Figure 6 shows the SMER’s for the steel surface installed in the dome and labelled as SE-55, SE-56 and SE-57. From the figure, it is evident that the maximum micro strain values reached during the pressure at 1.73 kg/cm2 were 102.7, 38.6, and 20.8. Minimum microstrain values were −8.1, −4.5, and −5.2 that were observed after stabilization of 0 Kg/cm2 pressure. The stabilization reading after 24 hrs is shown in the Table 3. There is no much change in the microstrain values. From the figure, it is evident that all the steel SMER’s response was found to be intact with the steel surface throughout the proof test. Hence, from the test it can be concluded that the response of the steel SMER’s was found to be satisfactory.

3.1.4. Steel SMER’s at Dome

Figure 7 shows the SMER for the steel surface installed in the dome (SG) and labelled as SE-58, SE-59, and SE-60. From the figure it is evident that the maximum microstrain values reach were during the pressure at 1.73 kg/cm2 was 34.8, 97.5, and 33.9. Minimum micro strain values were −7.2, −1.2, and −4.5 that were observed after stabilization of pressure 0.0 Kg/cm2. Stabilization reading after 24 hrs shows that there is no much change in the values of micro strain, is similar to that of pressure 0 kg/cm2, and can be inferred as in Table 3. It is evident that all the steel SMER response was found to be intact with the steel surface throughout the proof test. Hence, from the test it can be concluded that the response of the steel SMER’s was found to be satisfactory.

Table 2 shows the pressure up reading, and Table 3 shows the pressure down reading. From Table 2 the strain measurements for steel SMER are for nuclear reactor containment for the pressure test from 0.0 to 1.73 kg/cm2. The micro stain values of SE-55 and SE-59 at different pressure was found to be in increasing trend throughout the pressure test. This indicates that the response of the SMER was satisfactory. In the case of SE-56 to SE-58 and SE-60 the micro stain values were increasing. During pressuring it was witnessed in some SMERs decreased trend was followed. The response of the SMER sensibility was good. As the pressure increases the dome expanded. Gradually pressure increases the concrete side wall, and the dome expands. After sometimes there is a limit for steel and steel is reduced, and the side wall expands for further pressure.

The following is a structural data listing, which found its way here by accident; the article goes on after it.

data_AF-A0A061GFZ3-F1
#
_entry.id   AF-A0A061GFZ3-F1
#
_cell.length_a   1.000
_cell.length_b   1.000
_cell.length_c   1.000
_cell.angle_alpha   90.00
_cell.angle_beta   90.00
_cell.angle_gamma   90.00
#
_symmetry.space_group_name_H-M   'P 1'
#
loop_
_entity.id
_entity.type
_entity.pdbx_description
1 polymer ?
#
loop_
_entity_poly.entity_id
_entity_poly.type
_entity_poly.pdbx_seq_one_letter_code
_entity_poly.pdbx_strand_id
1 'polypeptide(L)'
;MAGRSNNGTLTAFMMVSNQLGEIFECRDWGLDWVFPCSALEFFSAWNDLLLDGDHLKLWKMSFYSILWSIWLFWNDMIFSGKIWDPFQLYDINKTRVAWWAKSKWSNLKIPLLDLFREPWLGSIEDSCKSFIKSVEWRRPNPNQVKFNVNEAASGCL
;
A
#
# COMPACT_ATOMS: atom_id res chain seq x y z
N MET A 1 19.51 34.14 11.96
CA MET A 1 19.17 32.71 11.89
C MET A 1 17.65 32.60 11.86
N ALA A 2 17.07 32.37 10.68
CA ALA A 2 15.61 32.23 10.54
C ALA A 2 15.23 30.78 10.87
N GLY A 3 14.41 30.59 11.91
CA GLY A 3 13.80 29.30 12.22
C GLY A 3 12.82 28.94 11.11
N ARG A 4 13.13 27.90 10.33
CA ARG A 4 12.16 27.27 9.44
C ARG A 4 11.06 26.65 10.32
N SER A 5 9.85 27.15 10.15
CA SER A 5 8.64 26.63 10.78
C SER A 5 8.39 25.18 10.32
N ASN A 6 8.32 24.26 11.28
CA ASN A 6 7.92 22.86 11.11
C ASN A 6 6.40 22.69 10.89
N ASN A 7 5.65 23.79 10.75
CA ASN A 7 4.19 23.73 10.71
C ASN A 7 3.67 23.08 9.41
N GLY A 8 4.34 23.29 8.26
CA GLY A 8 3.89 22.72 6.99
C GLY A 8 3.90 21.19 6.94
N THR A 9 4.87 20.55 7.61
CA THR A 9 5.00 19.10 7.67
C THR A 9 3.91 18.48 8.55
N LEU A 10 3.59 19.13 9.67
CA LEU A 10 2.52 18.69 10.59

SMER no.LocationLegendMicrostrain at pressure up (kg/cm2)
00.350.71.061.41.73

On steel
SE-55Dome SG-1 opening, N-S (S1)022.733.757.288.9102.7
SE-56Dome SG-1 opening, E-W(S1)028.142.635.453.538.6
SE-57Dome SG-1 opening, N-S (S2)020.124.8−6.561.220.8
SE-58Dome SG-1 opening, E-W (S2)022.530.84.372.134.8
SE-59Dome SG-1 opening, N-S (S3)022.532.938.593.897.5
SE-60Dome SG-1 opening, E-W (S3)026.237.731.658.133.9

On Concrete
SE-01Stressing gallery, 84.85M, outer side (N), V A05.84.56.98.08.0
SE-02Stressing gallery, 84.85M, inner side (N), V B06.66.612.717.217.7
SE-08ICW (O), 88.1M, (S), V D00.8−4.9−8.6−7.0−13.0
SE-25Ring beam, 133.5M, ICW (N), CirM0−9.1−14.4−16.6−34.7−28.1


SMER no.LocationLegendMicrostrain at pressure down (kg/cm2)
1.731.401.060.700.3500 (24 hrs)

On steel
SE-55Dome SG-1 opening, N-S (S1)102.771.859.237.614.9−8.1−10.5
SE-56Dome SG-1 opening, E-W(S1)38.622.031.928.316.5−4.5−4.5
SE-57Dome SG-1 opening, N-S (S2)20.8−4.034.827.312.8−8.3−5.2
SE-58Dome SG-1 opening, E-W (S2)34.88.447.137.219.4−7.2−2.5
SE-59Dome SG-1 opening, N-S (S3)97.567.066.847.925.4−1.2−0.4
SE-60Dome SG-1 opening, E-W (S3)33.918.333.930.319.0−4.5−4.1

On Concrete
SE-01Stressing gallery, 84.85M, outer side (N), V A8.03.84.31.40.0−7.0−23.3
SE-02Stressing gallery, 84.85M, inner side (N), V B17.715.710.15.22.1−10.1−33.8
SE-08ICW (O), 88.1M, (S), V D−13.0−9.0−3.55.18.815.618.3
SE-25Ring beam, 133.5M, ICW (N), CirM−28.1−25.9−19.7−2.314.924.123.3

Consequently the strain measurements for concrete SMER’s for nuclear reactor contaminant during pressure test were from 0.0 to 1.73 kg/cm2. All concrete SMER’s the micro strain values at different pressure was found to be increasing trend throughout the pressure loading; this indicates that the response of the SMER’s was satisfactory, and a linear trend was observed.

Table 3 depicts the strain measurements for steel SMER’s at pressure 1.73 to 0.0 kg/cm2; the micro stain values at depressurization were found to be in decreasing trend throughout the pressure down. Similarly strain measurements for concrete SMERs the micro strain values at pressure down were found to be a decreasing trend throughout the pressure test. This indicates that the response of the SMER’s was satisfactory, and a linear trend was observed. In general the structural system has been sustained within its elastic limits. Temperature correction was carried for the three cycles, and average temperature correction was arrived.

4. Conclusions